Ideal for an endless variety of charming azaleas and bedazzling rhododendrons, the soil, as in all of BC, is quite a bit on the acid side here. However, almost all vegetables grow at their best in almost neutral soil, with a pH in the range between 6.5 and 6.8 - with 7.00 being neutral. So, for truly bountiful gardens, we need to raise the pH quite a bit.|
And the only way to find out where the pH of your garden stands is to get one of those inexpensive little pH test kits from your favourite garden center, which will last you for many years. The electronic pH testers are a quick and very handy alternative which will also serve for many, many years. But extreme care must be taken with these to have a really clean probe - lest it gives your the pH level of the water you rinsed it with, or the pH of the rag you wiped it on, instead of the soil's pH level.
If the pH level of your soil reads out between 5.5 and 6.00, which is very common hereabouts, we need to apply 50 lbs. of agricultural lime (calcium) per 1000 sq. feet. If your soil pH tests at between 5.00 and 5.5, we need to double that to 100 lbs per 1000 sq. feet. Agricultural lime is relatively fast acting, although it will take from two to three years until it is fully dissolved into the soil. And since crops use up much of this calcium, it needs to be touched up a bit every year, to keep your soil in the optimum range of just under neutral. So, that little pH test kit will come in most handy every year.
In addition, I like also like to apply 50 lbs. of Dolomite lime per 1000 sq. feet, which does the same thing, but is quite slow acting - it will last for about 10 years - for a long lasting 'base' of much needed calcium. But the chief reason why Dolomite lime so important is the complete natural range of the crucially vital 72+ trace elements it contains. Dolomite lime consists of what were once the shells of tiny sea creatures, and therefore contains all of the elements of the Earth - and in just the right proportion and amounts as needed by all living creatures - including our crops and our selves (see "supreme health" in these pages for the crucially vital importance of the 72+ trace elements to our health and well being, as well as that of our crops, as described in "healthy gardens"). However, since it is so slow acting, I also use the much faster acting agricultural lime, to get the pH range close to neutral as quickly as possible. The Dolomite lime needs to be repeated about every five years or so.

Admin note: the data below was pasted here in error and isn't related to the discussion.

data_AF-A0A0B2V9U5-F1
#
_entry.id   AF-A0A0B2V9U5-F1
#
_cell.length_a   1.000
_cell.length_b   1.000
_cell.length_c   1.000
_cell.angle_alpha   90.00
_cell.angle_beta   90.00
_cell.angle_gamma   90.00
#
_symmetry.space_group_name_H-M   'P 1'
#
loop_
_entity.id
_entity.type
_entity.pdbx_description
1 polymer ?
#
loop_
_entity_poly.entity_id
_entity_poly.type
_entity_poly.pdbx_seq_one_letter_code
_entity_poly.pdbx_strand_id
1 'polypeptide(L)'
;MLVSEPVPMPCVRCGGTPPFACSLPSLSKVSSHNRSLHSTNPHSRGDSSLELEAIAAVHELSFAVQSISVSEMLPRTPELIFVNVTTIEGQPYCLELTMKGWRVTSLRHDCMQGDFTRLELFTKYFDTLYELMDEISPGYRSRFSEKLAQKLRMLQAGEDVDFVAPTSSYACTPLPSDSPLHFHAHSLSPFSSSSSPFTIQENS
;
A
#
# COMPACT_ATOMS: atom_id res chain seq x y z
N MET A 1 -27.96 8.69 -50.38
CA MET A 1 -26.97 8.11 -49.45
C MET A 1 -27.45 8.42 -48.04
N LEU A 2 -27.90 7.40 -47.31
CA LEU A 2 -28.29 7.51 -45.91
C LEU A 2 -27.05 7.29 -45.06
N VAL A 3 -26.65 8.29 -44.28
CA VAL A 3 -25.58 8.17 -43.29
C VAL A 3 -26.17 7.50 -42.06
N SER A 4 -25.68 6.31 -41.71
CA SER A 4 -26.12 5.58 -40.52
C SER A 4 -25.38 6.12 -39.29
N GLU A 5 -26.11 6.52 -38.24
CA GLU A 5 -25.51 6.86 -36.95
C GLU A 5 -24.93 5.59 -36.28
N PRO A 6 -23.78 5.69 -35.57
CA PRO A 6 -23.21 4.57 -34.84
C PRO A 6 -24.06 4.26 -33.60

The next great deficiency of the soil in these areas is phosphorus. The coastal mountains of BC are very low in phosphorus, and consequently, very little has come down to the soil hereabouts. Phosphorus is also the storage medium of all Life-energy - be this of crops, or our selves. The mitochondria in all living cells use phosphorus to make adenosine tri-phosphate, which stores Life-energy. And whenever the cell needs energy, the tri-phosphate reverts to adenosine di-phosphate, which releases the stored energy for the cell's business of living. Consequently, if the phosphorus level of the soil is low, growth and vitality are much restricted. And conversely, if phosphorus is abundant, so will be all growth and vitality.
For these reasons, I also apply phosphorus in two forms. Agricultural phosphate for very quick acting availability; and slow acting rock phosphate, for a solid long-term 'base' of phosphate - also up to 10 years - in the soil. Apply at least 50 lbs of agricultural phosphate, and 100 lbs. of rock phosphate per 1000 sq. feet. The agricultural lime (never use hydrated lime; this is used to make cement, and to disinfect outhouses; it will 'burn' your crops) and phosphate are best applied to the surface of your beds and raked in lightly until they are not visible anymore. From there, rain and watering will disperse them progressively deeper into the soil.
The natural phosphate content of the soil is so low here that the agricultural phosphate needs to be repeated every year, and the rock phosphate can also be repeated every year for 3 or 4 years.
These then are the 'basics' to get your garden into near optimum condition, and into carefree and richly rewarding production. Add as much humus and compost as you can get your hands on, at every chance and idle moment that comes along. Just scatter it on top of the beds and rake it in a couple of inches deep. Ideally, the organic content of the soil should be around 10 per cent, and this works out to fully half the volume of the soil in fresh organic material, since all fresh organic material consists of about 80% water and shrinks quite dramatically to its effective volume.
And from here on in, your gardens will get richer and more fertile season by season and year by year without hardly any effort, hardly any cost, and just by following the very natural and 'hardly noticeable' methods as described in these pages. Next, we'll get into composting.
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